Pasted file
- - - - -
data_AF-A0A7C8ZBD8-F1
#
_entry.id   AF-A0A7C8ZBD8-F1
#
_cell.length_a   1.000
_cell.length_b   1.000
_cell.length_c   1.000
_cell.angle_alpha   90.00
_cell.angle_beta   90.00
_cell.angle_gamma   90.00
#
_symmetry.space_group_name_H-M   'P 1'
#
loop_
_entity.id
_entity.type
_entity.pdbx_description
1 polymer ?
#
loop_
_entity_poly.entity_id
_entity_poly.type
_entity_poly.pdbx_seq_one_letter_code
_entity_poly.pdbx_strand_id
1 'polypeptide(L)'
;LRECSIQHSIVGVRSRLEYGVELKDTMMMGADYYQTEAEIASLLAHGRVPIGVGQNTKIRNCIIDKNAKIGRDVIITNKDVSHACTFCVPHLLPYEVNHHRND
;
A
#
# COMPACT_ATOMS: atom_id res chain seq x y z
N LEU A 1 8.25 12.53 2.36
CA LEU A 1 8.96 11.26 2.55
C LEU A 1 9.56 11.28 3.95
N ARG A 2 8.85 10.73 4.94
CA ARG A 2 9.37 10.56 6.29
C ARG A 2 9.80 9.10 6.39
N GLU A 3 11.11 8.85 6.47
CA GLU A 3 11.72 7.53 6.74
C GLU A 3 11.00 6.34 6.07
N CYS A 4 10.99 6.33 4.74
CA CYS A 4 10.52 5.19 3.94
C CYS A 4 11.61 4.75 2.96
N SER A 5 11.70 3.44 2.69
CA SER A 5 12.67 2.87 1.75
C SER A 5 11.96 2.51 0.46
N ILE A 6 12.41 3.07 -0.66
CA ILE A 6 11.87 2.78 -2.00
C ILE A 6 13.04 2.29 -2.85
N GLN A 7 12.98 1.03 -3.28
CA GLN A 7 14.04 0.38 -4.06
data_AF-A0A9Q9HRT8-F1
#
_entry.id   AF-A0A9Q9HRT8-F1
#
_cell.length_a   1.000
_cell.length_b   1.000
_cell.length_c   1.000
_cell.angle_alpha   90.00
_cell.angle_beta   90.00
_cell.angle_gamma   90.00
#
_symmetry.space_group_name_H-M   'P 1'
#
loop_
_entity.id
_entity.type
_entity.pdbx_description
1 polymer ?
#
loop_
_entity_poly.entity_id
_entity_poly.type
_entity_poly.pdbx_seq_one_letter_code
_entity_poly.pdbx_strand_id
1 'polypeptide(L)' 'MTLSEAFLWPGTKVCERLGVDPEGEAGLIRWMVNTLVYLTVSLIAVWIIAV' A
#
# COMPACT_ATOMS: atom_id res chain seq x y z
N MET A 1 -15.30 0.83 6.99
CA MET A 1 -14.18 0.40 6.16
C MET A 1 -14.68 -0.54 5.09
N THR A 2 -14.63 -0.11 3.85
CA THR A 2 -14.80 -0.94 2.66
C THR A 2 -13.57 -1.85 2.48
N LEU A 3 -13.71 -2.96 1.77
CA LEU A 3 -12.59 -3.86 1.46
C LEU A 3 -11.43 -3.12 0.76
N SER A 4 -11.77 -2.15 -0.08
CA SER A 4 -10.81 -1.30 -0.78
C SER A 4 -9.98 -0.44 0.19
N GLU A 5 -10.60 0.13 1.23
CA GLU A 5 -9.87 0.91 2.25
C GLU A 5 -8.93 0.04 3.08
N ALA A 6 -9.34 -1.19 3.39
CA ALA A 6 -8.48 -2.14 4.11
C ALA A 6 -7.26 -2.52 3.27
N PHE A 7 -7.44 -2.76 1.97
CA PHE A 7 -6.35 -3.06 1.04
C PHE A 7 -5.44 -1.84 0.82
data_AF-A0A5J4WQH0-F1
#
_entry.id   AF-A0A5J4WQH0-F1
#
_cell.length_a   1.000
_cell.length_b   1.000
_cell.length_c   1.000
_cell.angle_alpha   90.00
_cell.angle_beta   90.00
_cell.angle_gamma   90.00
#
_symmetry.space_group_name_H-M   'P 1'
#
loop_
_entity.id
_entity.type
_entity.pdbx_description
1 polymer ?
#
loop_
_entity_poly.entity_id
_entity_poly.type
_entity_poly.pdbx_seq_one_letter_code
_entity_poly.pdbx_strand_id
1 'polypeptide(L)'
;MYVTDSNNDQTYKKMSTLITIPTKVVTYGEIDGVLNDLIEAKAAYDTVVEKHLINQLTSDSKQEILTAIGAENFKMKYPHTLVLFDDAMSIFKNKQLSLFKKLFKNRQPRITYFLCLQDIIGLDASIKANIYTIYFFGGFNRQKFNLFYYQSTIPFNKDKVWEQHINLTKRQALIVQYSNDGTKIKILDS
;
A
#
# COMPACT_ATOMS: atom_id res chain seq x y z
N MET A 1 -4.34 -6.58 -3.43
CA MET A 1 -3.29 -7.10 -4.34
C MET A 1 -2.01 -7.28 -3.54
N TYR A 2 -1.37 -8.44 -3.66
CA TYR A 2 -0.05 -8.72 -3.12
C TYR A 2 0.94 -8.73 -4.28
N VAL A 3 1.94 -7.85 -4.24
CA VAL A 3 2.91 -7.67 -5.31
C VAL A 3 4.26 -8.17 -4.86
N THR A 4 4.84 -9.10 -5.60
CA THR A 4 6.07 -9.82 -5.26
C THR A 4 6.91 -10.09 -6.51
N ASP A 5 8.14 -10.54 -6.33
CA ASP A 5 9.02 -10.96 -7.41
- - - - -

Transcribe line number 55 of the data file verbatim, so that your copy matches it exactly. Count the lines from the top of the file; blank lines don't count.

_cell.length_a   1.000